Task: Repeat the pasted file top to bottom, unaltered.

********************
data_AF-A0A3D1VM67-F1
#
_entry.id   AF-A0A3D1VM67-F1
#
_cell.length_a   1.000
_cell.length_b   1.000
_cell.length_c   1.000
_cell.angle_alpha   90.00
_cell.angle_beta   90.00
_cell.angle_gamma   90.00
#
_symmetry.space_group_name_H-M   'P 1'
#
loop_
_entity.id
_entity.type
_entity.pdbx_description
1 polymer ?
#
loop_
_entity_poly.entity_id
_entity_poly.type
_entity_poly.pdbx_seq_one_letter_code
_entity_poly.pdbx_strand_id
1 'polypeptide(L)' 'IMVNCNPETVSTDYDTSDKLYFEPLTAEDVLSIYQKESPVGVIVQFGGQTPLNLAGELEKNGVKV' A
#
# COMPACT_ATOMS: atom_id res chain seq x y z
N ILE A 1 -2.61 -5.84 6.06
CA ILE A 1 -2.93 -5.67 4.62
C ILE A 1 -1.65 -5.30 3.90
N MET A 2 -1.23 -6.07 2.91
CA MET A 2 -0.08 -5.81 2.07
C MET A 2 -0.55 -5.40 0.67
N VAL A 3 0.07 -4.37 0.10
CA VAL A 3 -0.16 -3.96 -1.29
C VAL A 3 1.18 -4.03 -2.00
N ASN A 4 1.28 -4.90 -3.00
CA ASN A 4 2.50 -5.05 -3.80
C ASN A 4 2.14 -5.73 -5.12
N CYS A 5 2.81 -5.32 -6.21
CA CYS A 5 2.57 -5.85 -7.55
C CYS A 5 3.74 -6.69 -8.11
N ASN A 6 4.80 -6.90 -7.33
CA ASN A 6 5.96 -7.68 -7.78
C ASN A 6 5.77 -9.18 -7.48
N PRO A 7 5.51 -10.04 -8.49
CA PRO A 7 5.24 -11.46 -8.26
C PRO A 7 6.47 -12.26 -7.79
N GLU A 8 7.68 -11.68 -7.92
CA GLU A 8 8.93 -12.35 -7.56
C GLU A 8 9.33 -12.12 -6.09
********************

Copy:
data_AF-A0A3D1VM67-F1
#
_entry.id   AF-A0A3D1VM67-F1
#
_cell.length_a   1.000
_cell.length_b   1.000
_cell.length_c   1.000
_cell.angle_alpha   90.00
_cell.angle_beta   90.00
_cell.angle_gamma   90.00
#
_symmetry.space_group_name_H-M   'P 1'
#
loop_
_entity.id
_entity.type
_entity.pdbx_description
1 polymer ?
#
loop_
_entity_poly.entity_id
_entity_poly.type
_entity_poly.pdbx_seq_one_letter_code
_entity_poly.pdbx_strand_id
1 'polypeptide(L)' 'IMVNCNPETVSTDYDTSDKLYFEPLTAEDVLSIYQKESPVGVIVQFGGQTPLNLAGELEKNGVKV' A
#
# COMPACT_ATOMS: atom_id res chain seq x y z
N ILE A 1 -2.61 -5.84 6.06
CA ILE A 1 -2.93 -5.67 4.62
C ILE A 1 -1.65 -5.30 3.90
N MET A 2 -1.23 -6.07 2.91
CA MET A 2 -0.08 -5.81 2.07
C MET A 2 -0.55 -5.40 0.67
N VAL A 3 0.07 -4.37 0.10
CA VAL A 3 -0.16 -3.96 -1.29
C VAL A 3 1.18 -4.03 -2.00
N ASN A 4 1.28 -4.90 -3.00
CA ASN A 4 2.50 -5.05 -3.80
C ASN A 4 2.14 -5.73 -5.12
N CYS A 5 2.81 -5.32 -6.21
CA CYS A 5 2.57 -5.85 -7.55
C CYS A 5 3.74 -6.69 -8.11
N ASN A 6 4.80 -6.90 -7.33
CA ASN A 6 5.96 -7.68 -7.78
C ASN A 6 5.77 -9.18 -7.48
N PRO A 7 5.51 -10.04 -8.49
CA PRO A 7 5.24 -11.46 -8.26
C PRO A 7 6.47 -12.26 -7.79
N GLU A 8 7.68 -11.68 -7.92
CA GLU A 8 8.93 -12.35 -7.56
C GLU A 8 9.33 -12.12 -6.09